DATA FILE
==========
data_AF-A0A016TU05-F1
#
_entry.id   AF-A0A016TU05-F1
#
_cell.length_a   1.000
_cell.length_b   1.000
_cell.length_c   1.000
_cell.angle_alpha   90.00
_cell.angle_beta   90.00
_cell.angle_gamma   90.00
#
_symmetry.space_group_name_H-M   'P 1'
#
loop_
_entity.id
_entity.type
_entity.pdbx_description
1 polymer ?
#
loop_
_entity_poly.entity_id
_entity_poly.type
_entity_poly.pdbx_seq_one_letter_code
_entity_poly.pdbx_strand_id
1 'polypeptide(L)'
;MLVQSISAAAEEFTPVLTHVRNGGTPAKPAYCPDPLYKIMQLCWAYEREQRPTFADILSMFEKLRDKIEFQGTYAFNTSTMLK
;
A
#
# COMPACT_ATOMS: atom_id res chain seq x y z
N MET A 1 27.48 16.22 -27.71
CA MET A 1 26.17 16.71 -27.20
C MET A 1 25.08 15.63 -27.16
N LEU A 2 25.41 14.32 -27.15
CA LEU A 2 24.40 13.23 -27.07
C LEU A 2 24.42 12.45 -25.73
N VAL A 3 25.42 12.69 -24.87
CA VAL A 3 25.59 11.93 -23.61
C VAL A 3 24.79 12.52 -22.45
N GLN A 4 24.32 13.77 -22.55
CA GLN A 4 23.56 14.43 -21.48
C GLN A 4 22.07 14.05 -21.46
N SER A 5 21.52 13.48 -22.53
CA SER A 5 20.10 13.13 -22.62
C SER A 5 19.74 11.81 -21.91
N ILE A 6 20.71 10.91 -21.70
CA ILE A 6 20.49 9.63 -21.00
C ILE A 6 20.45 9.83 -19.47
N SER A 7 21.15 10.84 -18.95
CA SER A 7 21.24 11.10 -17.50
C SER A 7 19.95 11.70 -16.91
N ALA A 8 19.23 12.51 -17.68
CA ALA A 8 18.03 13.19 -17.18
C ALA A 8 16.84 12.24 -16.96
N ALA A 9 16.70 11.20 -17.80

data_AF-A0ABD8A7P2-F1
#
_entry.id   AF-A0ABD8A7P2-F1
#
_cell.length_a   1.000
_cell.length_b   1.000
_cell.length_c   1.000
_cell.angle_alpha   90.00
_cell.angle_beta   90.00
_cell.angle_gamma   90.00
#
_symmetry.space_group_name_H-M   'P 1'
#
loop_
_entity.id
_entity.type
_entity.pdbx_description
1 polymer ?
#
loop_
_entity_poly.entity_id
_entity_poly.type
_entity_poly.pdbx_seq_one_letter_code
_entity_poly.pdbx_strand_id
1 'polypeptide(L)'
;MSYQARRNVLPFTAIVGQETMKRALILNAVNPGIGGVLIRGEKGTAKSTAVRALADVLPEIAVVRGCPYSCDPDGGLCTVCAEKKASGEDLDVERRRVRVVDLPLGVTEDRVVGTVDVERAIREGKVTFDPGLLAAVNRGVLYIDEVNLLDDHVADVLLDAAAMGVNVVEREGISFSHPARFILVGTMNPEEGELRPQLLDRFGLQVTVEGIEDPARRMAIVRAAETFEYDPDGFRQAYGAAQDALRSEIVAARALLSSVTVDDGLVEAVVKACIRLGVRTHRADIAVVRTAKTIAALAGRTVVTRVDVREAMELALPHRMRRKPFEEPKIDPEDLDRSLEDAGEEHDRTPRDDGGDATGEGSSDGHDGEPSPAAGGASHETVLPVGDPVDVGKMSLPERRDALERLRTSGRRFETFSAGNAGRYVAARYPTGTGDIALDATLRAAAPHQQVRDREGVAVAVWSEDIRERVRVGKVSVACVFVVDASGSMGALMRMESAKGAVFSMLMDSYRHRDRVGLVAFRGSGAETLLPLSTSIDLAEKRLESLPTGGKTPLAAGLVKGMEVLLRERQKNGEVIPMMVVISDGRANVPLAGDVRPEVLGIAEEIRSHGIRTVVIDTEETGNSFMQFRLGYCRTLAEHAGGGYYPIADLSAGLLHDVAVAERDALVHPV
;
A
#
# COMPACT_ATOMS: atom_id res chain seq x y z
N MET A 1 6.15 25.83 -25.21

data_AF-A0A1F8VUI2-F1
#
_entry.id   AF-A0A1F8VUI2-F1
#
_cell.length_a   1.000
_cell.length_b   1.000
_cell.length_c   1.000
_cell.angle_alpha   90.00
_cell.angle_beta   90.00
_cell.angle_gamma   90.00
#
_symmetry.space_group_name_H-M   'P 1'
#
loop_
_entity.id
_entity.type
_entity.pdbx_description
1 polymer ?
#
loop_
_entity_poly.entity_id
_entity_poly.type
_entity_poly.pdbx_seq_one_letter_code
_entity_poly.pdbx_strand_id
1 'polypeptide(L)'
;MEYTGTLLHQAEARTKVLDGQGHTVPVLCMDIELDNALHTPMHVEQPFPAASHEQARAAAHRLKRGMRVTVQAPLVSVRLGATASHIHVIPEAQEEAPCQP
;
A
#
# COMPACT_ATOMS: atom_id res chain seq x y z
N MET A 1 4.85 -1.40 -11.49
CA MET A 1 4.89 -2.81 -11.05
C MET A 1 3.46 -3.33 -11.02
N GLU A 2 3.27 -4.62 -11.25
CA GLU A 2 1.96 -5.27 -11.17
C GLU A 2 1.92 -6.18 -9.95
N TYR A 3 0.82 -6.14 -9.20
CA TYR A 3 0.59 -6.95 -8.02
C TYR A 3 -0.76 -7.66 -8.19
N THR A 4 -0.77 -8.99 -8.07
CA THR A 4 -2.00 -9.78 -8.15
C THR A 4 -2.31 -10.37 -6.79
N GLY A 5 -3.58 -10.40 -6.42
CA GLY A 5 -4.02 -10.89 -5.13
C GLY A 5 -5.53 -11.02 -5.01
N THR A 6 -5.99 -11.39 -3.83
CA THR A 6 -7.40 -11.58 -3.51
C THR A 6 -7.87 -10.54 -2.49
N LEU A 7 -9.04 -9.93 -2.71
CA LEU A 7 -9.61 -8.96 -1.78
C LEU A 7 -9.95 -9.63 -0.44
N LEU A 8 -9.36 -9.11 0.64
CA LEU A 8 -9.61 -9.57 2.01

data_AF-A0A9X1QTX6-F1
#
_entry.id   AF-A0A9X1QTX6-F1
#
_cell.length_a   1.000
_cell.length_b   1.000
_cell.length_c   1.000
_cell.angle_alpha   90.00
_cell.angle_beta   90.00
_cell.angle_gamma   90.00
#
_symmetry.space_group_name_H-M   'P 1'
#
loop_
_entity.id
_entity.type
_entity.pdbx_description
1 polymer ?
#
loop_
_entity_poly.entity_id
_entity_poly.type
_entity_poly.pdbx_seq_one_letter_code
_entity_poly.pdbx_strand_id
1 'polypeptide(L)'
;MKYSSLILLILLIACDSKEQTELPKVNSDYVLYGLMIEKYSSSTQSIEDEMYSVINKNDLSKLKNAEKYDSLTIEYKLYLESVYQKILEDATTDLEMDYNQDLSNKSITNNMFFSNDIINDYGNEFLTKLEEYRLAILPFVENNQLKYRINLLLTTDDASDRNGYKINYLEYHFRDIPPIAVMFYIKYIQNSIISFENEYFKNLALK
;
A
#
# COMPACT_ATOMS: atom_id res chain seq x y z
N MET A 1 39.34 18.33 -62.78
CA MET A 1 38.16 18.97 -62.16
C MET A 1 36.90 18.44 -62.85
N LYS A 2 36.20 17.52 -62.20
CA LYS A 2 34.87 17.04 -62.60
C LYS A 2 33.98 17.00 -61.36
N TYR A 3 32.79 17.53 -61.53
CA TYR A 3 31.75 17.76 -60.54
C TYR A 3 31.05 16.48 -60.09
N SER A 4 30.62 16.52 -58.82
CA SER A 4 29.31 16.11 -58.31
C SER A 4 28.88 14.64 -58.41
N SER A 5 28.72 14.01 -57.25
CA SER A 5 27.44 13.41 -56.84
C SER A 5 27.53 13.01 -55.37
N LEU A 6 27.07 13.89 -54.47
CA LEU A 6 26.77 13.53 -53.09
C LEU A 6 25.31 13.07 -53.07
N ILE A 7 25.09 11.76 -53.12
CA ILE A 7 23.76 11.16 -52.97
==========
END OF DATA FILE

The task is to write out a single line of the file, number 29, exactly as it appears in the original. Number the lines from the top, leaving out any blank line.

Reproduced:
#